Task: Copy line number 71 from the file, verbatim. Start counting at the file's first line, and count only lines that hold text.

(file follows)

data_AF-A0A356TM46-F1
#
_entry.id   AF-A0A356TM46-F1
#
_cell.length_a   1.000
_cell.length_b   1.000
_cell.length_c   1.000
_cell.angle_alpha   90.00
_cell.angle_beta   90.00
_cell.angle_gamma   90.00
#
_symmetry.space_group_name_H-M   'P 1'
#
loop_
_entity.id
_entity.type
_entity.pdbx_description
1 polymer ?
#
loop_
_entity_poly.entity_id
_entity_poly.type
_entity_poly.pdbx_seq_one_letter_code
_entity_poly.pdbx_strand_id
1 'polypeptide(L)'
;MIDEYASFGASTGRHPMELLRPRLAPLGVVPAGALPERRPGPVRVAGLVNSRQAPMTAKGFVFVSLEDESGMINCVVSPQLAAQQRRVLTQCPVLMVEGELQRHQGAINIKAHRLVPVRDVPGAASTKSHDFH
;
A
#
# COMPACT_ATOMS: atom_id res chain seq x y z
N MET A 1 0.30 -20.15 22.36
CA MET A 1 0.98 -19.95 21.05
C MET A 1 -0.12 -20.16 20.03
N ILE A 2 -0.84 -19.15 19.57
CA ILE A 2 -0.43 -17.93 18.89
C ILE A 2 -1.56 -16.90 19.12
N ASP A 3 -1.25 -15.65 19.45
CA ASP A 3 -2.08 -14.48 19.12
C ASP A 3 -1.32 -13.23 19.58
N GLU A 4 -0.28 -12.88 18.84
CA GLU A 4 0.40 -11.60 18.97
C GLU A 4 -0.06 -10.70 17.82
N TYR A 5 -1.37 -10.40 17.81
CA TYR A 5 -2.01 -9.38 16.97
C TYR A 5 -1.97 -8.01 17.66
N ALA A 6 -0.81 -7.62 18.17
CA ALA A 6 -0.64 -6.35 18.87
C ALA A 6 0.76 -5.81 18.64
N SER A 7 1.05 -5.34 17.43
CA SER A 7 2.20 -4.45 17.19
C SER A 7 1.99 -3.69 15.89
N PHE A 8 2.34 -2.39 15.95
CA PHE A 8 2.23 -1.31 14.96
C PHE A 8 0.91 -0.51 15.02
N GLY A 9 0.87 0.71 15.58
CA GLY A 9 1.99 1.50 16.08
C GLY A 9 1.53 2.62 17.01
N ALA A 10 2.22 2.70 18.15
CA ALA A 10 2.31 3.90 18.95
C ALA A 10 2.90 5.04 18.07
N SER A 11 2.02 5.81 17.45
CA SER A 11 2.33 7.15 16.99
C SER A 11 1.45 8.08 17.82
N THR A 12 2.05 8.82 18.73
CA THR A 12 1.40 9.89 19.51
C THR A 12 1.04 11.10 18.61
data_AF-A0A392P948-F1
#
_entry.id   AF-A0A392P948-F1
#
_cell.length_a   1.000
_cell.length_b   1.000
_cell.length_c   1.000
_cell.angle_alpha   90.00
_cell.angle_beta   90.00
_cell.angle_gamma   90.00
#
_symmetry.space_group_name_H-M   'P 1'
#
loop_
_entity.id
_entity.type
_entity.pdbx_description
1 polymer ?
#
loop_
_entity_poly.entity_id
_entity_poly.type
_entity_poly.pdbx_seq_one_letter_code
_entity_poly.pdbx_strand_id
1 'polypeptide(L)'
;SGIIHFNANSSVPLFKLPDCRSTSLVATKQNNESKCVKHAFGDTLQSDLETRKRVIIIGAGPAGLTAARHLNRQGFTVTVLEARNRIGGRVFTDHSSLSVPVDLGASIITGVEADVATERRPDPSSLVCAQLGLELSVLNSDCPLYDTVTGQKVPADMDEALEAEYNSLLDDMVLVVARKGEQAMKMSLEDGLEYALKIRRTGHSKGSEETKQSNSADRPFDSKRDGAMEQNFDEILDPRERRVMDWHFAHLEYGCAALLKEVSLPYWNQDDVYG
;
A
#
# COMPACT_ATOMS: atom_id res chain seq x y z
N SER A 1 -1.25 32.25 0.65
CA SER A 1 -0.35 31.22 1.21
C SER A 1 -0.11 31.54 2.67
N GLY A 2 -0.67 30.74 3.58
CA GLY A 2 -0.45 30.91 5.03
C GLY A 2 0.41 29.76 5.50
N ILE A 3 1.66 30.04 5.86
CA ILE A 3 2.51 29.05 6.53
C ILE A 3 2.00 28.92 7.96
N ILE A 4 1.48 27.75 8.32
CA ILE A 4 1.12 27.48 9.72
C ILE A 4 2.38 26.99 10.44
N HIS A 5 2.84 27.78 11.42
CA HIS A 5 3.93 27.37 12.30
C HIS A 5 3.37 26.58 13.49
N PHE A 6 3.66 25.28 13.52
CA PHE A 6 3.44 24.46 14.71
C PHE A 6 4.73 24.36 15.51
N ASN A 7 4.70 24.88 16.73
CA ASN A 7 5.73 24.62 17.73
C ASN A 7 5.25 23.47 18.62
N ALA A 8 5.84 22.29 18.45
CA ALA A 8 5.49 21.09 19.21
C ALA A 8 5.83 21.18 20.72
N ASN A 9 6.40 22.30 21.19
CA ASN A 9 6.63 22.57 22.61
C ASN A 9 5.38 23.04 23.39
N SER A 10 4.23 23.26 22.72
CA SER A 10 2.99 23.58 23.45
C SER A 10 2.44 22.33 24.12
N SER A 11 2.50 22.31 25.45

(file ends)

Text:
_cell.length_a   1.000